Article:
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Sri Lanka excess liquidity drops to Rs100bn amid reserve outflow, CB bill stock Rs824bn

ECONOMYNEXT – Net excess liquidity in Sri Lanka’s money markets dropped to 100 billion rupees on March 23, levels not seen since June 2020, while overnight borrowings from the central bank rose to 32 billion rupees.

On March 23, banks deposited excess liquidity of 132 billion rupees in the excess cash window of the central bank at 4.50 percent.

Some banks which were short of cash borrowed 32 billion rupees from the 5.5 percent window, the highest since June 01, 2020.

Excess liquidity in Sri Lanka’s money market rose from around the 10 to 15 billion rupees seen during periods of monetary stability to over 200 billion rupees in 2020 as large volumes of money was printed under Modern Monetary Theory, triggering currency weakness, reserve losses and credit downgrades.

Excess liquidity deposited in the window are at levels seen in 2015, when a soft-pegged currency crisis was triggered with large liquidity released based on the claim that inflation was too low.

In both cases large volumes of excess liquidity was injected to keep rates at the bottom of the policy corridor.

The 2018 crisis analysts have shown, was triggered by large volumes of excess liquidity injected to keep call rate in the middle of the corridor.

When foreign reserves run out, a soft-pegged central bank will usually put corrective measures involving, sudden rate rises, liquidity shortages and a float.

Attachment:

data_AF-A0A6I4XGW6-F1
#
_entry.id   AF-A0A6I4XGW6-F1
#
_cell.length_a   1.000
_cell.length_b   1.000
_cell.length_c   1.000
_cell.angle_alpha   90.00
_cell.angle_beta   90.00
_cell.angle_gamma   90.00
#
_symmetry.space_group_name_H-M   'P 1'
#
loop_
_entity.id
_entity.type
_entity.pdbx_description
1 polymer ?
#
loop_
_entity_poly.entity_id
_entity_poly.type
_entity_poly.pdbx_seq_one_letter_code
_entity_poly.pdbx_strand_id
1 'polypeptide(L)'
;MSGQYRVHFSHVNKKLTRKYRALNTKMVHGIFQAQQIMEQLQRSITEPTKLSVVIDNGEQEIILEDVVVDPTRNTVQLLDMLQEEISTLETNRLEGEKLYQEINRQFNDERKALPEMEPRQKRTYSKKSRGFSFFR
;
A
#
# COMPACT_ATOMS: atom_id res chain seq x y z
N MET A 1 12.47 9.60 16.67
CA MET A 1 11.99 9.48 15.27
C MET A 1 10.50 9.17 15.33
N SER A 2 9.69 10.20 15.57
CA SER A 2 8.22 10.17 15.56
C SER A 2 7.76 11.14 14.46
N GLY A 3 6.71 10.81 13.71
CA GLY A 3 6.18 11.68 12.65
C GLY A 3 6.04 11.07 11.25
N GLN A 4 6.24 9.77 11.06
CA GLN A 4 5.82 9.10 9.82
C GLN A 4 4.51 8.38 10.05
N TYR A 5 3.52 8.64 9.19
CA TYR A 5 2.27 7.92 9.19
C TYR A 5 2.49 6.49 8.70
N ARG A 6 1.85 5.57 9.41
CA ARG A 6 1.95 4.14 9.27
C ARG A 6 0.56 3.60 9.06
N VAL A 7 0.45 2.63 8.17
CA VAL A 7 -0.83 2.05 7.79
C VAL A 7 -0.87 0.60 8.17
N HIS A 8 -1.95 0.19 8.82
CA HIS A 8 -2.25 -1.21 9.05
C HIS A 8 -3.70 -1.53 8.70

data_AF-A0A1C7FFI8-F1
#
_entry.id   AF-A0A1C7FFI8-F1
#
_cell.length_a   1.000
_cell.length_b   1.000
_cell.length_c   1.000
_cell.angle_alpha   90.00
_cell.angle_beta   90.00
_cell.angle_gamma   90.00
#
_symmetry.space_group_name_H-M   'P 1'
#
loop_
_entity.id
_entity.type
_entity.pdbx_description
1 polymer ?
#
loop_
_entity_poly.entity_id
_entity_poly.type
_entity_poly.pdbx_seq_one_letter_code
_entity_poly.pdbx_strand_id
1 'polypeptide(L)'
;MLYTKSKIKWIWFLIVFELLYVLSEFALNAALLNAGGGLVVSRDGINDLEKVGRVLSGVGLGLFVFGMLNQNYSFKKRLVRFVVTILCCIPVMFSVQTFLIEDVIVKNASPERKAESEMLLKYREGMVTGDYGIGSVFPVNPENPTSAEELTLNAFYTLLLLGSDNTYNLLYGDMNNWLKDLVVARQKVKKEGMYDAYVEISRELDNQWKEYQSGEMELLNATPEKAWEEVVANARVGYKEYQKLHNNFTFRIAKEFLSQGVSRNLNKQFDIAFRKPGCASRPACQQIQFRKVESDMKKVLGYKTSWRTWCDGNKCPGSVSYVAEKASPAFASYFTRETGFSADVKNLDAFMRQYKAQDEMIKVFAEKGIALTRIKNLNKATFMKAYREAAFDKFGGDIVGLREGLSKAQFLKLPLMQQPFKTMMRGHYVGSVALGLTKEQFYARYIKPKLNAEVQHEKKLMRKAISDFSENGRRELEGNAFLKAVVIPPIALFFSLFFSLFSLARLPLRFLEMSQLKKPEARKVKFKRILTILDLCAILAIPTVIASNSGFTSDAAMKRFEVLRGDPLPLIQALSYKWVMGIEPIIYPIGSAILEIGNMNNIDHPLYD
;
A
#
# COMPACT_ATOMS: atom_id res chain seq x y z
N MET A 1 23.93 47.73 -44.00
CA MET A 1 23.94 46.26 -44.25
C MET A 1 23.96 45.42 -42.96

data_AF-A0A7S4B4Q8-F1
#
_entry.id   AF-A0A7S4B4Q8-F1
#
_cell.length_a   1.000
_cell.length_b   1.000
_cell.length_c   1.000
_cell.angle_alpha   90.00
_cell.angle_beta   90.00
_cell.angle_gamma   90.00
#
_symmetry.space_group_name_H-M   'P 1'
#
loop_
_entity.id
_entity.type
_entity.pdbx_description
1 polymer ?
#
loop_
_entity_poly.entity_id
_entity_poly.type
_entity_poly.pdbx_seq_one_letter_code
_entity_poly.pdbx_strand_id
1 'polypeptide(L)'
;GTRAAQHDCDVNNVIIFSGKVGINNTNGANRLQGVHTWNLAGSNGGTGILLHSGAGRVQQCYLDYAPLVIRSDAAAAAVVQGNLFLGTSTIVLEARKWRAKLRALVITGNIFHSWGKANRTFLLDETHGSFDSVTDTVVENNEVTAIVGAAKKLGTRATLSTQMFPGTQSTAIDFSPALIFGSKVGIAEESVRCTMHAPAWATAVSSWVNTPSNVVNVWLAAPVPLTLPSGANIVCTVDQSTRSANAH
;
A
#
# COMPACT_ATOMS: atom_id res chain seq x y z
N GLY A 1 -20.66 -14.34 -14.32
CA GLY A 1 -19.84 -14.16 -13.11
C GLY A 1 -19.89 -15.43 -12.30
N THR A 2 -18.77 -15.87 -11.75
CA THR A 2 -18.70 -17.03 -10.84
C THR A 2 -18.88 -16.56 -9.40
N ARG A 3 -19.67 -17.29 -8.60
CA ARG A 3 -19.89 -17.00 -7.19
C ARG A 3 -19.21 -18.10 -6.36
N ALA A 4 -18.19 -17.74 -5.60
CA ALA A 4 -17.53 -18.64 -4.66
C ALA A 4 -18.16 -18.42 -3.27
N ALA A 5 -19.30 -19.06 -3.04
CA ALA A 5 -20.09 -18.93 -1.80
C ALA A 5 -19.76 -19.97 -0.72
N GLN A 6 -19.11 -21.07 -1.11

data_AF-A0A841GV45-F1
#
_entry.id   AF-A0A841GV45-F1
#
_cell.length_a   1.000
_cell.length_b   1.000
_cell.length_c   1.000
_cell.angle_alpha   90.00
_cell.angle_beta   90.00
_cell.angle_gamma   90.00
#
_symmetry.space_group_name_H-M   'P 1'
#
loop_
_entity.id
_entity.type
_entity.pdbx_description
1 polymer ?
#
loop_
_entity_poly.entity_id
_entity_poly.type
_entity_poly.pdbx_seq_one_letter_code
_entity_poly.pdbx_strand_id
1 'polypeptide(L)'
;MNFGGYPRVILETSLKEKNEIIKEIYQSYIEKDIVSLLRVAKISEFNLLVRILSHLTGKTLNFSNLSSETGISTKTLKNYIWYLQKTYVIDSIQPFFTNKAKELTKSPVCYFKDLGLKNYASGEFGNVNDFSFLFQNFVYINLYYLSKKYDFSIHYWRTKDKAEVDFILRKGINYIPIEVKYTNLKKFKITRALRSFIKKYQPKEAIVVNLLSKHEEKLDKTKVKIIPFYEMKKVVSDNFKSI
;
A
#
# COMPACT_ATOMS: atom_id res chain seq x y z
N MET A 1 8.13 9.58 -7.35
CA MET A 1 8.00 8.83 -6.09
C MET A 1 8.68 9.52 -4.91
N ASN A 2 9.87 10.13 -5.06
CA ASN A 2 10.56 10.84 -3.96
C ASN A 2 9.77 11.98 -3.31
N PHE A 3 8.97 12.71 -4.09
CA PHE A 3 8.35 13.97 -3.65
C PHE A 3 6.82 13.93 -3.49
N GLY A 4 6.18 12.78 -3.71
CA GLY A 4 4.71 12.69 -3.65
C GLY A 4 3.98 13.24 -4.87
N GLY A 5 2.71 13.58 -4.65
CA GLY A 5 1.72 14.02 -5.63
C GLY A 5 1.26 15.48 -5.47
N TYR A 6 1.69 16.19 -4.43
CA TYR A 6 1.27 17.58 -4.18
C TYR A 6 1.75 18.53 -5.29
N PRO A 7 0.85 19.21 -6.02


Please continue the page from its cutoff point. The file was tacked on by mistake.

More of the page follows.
After 2015 floats have been attempted in Sri Lanka with large volumes of excess liquidity remaining, leading steep falls in the currency.

Since 2015 when ‘flexible’ policies with shifting rules began the rupee has fallen from 131 to 200 to the US dollar.

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In the week to March 19, the Treasury bill stock of the central bank rose to 824 billion rupees from 810 billion as the monetary authority printed money to buy Treasury that failed to be sold to the public under ceiling yields.

Sri Lanka had printed 754 billion rupees since February 2020. In the period gross foreign reserves had fallen by 3.39 billion US dollars as the newly minted money flowed out in what classical economists call an ‘external drain’.

An ‘internal drain’ involving higher notes in circulation in 2020 amid a Coronavirus pandemic was also accommodated by reserve ratio cuts separately.

Since then inflation has also expanded reserve money, defined without overnight excess liquidity. In January 2020 reserve money was around 930 billion rupees.

By March 2021, reserve money had topped a trillion rupees, overtaking SRR cuts. SRR cuts makes the banking sector more efficient and can bring down spreads.

In Sri Lanka foreign banks and the top private banks which are well managed are usually plus cash (have excess reserves) and do not put pressure on the rupee.

State banks, which finance the government and subsidies of energy utilities put tend to be short of cash and puts pressure on the currency through window borrowings, analysts have said.

The 100 billion rupees of excess liquidity remaining in March amounts to around 500 million US dollars of potential foreign reserve losses at an exchange rate of 200 to the US dollar.

Most of the reserves in the current crises went through the financial account as debt repayments amid weak private credit in contrast to previous currency crises when strong credit growth partly driven by fuel subsidies financed with printed money de-stabilized the peg through mainly commercial transactions.

Sri Lanka’s current balance of payments troubles started around August 2019 when money was injected to target an output gap by controlling overnight and longer term yields.

The central bank however has no growth mandate. (Colombo/Mar24/2021)

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